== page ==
• Peter Wilby misses one of Michael Barber's greatest successes. Barber was also a member of Lord Browne's review of higher education funding. He was not the only horse out of the McKinsey stable involved in the review. There was also Peter Sands, the CEO of Standard Chartered Bank, who spent 13 years at McKinsey. Indeed, there are many of us who believe that Browne's report would have been much more honestly entitled "the McKinsey report", but this would have drawn attention to the privatisation agenda underlying its recommendations.

Professor John Newsinger

Bath Spa University

No loss of jobs

Yup, James Dyson is the obvious choice to spearhead the revival of British manufacturing by repurposing design technology education ('It's not about banging nails into wood', 14 June). You conjure up problems: disappointment that the wheel on your wheelbarrow is not a bright orange plastic football; the frustration of not being able to watch the muck you've hoovered up whizzing round inside the machine. And then, having built a business out of that, you dump a big chunk of your workforce and send their jobs overseas. To me "British manufacturing" means people employed in the UK, paying UK taxes to finance, among other things, design technology education.

Root Cartwright

Radlett, Hertfordshire

Student complaints

Sue Littlemore asked whether vice-chancellors are becoming heads of customer sevices, following a rise in student complaints.

When you pay, you've got rights to complain. When you pay a lot, you've got rights to complain a lot.

jekylnhyde via EducationGuardian.co.uk

• Student anger should be directed at the government, which has cut university funding and is making students pick up the bill. The universities will have no more money, while being expected to deliver enhanced services.

coffeetable via EducationGuardian.co.uk

A set-up?

Harriet Swain wrote a step-by-step guide to starting your own university in the manner of AC Grayling.

I find it difficult to see what the fuss is all about. AC Grayling is only doing this to highlight the cuts that humanities departments have suffered.

beth23 via EducationGuardian.co.uk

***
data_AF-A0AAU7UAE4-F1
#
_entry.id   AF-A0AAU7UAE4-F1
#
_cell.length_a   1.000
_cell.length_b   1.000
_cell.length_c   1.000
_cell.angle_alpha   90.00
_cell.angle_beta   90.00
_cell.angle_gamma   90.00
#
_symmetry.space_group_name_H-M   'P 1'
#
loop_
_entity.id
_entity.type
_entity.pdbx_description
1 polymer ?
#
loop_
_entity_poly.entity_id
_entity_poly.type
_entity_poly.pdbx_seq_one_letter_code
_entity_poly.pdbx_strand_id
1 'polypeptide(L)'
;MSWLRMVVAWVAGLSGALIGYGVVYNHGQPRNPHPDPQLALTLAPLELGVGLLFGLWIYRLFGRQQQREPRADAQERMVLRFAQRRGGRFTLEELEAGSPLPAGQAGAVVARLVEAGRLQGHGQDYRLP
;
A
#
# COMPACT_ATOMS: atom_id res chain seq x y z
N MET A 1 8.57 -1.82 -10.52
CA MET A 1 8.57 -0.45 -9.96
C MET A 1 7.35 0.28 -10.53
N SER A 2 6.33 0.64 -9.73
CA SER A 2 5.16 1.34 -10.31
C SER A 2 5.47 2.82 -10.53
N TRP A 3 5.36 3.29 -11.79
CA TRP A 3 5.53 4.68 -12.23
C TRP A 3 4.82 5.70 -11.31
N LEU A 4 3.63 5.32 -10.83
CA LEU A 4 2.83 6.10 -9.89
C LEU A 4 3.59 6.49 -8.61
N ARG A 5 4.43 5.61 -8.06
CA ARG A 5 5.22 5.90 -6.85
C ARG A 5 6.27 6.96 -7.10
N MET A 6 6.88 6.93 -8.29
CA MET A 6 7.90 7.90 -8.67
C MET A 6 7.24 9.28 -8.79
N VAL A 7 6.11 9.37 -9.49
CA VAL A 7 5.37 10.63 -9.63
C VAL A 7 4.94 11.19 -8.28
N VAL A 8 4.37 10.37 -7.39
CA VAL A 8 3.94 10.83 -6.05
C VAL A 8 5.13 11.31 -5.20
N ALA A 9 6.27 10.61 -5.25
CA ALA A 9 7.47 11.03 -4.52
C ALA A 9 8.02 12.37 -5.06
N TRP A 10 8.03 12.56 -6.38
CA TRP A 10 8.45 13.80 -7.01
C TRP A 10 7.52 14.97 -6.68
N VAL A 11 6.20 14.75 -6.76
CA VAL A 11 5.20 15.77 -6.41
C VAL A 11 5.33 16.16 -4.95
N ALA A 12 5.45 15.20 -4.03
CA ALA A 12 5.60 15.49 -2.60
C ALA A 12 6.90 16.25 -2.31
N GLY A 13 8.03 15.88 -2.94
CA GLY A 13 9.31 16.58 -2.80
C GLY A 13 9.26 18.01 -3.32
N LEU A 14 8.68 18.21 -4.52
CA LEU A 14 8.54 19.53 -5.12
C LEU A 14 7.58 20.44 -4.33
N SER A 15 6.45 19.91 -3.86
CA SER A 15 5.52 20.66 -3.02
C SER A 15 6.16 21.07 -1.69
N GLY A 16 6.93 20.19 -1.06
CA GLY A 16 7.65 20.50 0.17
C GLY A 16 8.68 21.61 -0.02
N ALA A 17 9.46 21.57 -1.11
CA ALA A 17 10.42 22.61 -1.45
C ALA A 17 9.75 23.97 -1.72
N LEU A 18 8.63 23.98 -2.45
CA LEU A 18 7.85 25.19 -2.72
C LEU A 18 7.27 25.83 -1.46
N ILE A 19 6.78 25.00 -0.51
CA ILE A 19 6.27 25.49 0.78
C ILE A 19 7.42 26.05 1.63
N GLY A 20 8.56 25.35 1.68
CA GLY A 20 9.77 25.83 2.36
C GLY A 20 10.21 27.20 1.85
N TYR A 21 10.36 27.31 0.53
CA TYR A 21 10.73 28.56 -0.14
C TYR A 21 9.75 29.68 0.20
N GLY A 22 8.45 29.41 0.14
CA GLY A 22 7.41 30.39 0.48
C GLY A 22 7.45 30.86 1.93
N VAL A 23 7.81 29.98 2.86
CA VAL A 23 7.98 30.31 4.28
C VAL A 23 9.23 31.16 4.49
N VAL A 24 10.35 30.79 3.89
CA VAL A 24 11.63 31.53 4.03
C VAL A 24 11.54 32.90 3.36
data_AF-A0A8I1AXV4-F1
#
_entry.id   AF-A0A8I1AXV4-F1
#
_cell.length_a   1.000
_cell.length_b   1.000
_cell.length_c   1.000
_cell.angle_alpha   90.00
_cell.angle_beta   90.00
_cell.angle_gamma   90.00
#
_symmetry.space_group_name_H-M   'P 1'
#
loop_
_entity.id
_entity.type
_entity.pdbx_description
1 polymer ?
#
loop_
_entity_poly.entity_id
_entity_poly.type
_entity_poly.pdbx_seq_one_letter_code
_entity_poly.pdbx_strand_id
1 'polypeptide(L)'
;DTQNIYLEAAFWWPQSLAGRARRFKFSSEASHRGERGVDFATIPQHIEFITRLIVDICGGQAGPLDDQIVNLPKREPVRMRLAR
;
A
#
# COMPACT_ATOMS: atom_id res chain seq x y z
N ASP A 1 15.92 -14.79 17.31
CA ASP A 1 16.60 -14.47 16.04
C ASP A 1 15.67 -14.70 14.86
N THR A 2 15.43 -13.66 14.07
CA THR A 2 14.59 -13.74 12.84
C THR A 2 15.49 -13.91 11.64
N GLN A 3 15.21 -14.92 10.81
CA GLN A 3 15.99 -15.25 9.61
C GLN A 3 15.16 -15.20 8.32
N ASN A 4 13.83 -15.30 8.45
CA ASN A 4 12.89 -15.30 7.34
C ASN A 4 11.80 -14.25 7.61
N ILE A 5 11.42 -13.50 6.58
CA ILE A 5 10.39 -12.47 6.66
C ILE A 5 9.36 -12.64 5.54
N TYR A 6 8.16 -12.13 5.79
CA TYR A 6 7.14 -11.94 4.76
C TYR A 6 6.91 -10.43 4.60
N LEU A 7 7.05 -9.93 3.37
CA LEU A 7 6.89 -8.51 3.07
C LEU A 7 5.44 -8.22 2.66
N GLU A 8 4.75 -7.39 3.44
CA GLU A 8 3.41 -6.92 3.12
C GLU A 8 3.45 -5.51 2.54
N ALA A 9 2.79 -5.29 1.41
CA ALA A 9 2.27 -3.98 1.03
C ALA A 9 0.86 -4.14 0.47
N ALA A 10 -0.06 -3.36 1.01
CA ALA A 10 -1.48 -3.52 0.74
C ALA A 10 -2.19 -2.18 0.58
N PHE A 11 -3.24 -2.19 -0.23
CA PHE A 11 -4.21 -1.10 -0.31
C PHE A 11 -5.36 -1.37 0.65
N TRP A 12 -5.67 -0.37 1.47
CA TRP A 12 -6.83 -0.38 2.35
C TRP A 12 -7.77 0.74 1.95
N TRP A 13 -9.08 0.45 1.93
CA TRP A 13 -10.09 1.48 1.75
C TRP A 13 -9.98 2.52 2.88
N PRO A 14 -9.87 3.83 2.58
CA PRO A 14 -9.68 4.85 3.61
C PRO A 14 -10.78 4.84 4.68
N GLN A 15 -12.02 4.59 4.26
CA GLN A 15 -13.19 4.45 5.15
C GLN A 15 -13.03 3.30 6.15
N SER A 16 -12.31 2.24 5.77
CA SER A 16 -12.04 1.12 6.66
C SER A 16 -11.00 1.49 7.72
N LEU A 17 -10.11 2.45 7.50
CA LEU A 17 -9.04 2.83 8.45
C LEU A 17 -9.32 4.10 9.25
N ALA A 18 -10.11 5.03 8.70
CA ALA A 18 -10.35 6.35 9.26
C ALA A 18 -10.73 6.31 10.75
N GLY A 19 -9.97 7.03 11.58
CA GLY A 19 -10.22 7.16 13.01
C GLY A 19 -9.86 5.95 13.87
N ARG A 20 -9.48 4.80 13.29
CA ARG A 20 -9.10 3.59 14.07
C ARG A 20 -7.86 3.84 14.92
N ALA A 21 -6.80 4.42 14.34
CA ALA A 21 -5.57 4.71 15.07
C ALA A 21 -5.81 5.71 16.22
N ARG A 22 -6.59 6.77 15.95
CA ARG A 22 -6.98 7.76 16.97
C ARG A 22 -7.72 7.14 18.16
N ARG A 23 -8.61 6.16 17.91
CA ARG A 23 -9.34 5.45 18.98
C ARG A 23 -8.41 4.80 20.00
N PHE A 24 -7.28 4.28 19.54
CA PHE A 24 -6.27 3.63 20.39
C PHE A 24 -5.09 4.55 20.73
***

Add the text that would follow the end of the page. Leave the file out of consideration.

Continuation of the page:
• A perfect skewering. (I'm still chuckling as I'm typing.)

2baz via EducationGuardian.co.uk

• Journalism of the lowest order.

Lionel via EducationGuardian.co.uk


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May 23 2011

Beauty Is in the Street: the power of protest posters

A new book reminds us of powerful, unifying posters designed by students during the May 1968 Paris uprising. But where are the design campaigns from the youth of today?

Three years ago the media marked the 40th anniversary of the May 1968 Paris uprising with a wave of nostalgic reminiscence. There may have been a nice round number to celebrate, but that was about all there was connecting us to the spirit of '68. Three years later, following a banking-triggered recession and the election of a right-wing government, that spirit seems to have been exhumed. We've seen students occupy universities across the UK, and hundreds of thousands march against government spending cuts. In many ways this is a more propitious moment to release a beautiful volume of the posters created by the Atelier Populaire, and Four Corners Books has done just that.

While their fellow students engaged in pitched battles with the police and millions of workers went on general strike, students at the École des Beaux Arts in 1968 occupied the printing studios and converted them into the uprising's very own propaganda machine. Many of the resulting posters have become icons of political design. The riot policeman bearing down on the viewer with his truncheon aloft, his head helmeted and goggled in a ghoulish mask, has become synonymous with oppression.

By contrast, the long-haired student hurling a cobblestone, which appears to be floating harmlessly in the air, aestheticises resistance as a liberating act. The poster's slogan translates as "Beauty Is in the Street". The book takes that as its title, with these two images as its front and back covers.